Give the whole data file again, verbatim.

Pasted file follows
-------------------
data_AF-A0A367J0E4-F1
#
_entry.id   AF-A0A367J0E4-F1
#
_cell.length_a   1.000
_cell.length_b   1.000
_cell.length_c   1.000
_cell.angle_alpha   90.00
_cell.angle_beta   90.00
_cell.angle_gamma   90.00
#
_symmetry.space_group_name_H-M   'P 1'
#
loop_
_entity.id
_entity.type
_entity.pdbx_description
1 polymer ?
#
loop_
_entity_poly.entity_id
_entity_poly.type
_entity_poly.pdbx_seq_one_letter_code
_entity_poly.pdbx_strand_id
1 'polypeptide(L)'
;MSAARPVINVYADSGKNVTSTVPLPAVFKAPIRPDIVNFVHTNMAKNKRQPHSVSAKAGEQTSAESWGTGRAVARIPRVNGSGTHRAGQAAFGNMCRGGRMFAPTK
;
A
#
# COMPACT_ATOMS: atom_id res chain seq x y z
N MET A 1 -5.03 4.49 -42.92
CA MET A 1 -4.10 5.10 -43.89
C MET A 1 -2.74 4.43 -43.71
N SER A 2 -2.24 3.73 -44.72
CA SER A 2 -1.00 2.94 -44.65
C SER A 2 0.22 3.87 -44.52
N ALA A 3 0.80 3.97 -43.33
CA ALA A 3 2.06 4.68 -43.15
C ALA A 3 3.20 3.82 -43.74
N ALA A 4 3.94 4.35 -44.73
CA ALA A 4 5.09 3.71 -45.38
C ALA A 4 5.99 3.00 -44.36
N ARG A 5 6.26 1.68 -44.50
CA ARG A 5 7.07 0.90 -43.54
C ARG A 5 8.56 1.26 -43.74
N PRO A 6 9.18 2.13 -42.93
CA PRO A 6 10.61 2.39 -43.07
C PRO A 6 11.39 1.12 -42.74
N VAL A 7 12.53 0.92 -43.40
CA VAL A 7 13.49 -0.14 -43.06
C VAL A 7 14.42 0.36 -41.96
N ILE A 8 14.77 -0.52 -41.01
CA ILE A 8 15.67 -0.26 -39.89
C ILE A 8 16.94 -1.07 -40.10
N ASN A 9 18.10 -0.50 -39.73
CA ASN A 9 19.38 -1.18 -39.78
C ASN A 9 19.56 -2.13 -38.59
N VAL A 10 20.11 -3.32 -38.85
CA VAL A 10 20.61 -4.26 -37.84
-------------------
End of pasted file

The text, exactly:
data_AF-A0A367J0E4-F1
#
_entry.id   AF-A0A367J0E4-F1
#
_cell.length_a   1.000
_cell.length_b   1.000
_cell.length_c   1.000
_cell.angle_alpha   90.00
_cell.angle_beta   90.00
_cell.angle_gamma   90.00
#
_symmetry.space_group_name_H-M   'P 1'
#
loop_
_entity.id
_entity.type
_entity.pdbx_description
1 polymer ?
#
loop_
_entity_poly.entity_id
_entity_poly.type
_entity_poly.pdbx_seq_one_letter_code
_entity_poly.pdbx_strand_id
1 'polypeptide(L)'
;MSAARPVINVYADSGKNVTSTVPLPAVFKAPIRPDIVNFVHTNMAKNKRQPHSVSAKAGEQTSAESWGTGRAVARIPRVNGSGTHRAGQAAFGNMCRGGRMFAPTK
;
A
#
# COMPACT_ATOMS: atom_id res chain seq x y z
N MET A 1 -5.03 4.49 -42.92
CA MET A 1 -4.10 5.10 -43.89
C MET A 1 -2.74 4.43 -43.71
N SER A 2 -2.24 3.73 -44.72
CA SER A 2 -1.00 2.94 -44.65
C SER A 2 0.22 3.87 -44.52
N ALA A 3 0.80 3.97 -43.33
CA ALA A 3 2.06 4.68 -43.15
C ALA A 3 3.20 3.82 -43.74
N ALA A 4 3.94 4.35 -44.73
CA ALA A 4 5.09 3.71 -45.38
C ALA A 4 5.99 3.00 -44.36
N ARG A 5 6.26 1.68 -44.50
CA ARG A 5 7.07 0.90 -43.54
C ARG A 5 8.56 1.26 -43.74
N PRO A 6 9.18 2.13 -42.93
CA PRO A 6 10.61 2.39 -43.07
C PRO A 6 11.39 1.12 -42.74
N VAL A 7 12.53 0.92 -43.40
CA VAL A 7 13.49 -0.14 -43.06
C VAL A 7 14.42 0.36 -41.96
N ILE A 8 14.77 -0.52 -41.01
CA ILE A 8 15.67 -0.26 -39.89
C ILE A 8 16.94 -1.07 -40.10
N ASN A 9 18.10 -0.50 -39.73
CA ASN A 9 19.38 -1.18 -39.78
C ASN A 9 19.56 -2.13 -38.59
N VAL A 10 20.11 -3.32 -38.85
CA VAL A 10 20.61 -4.26 -37.84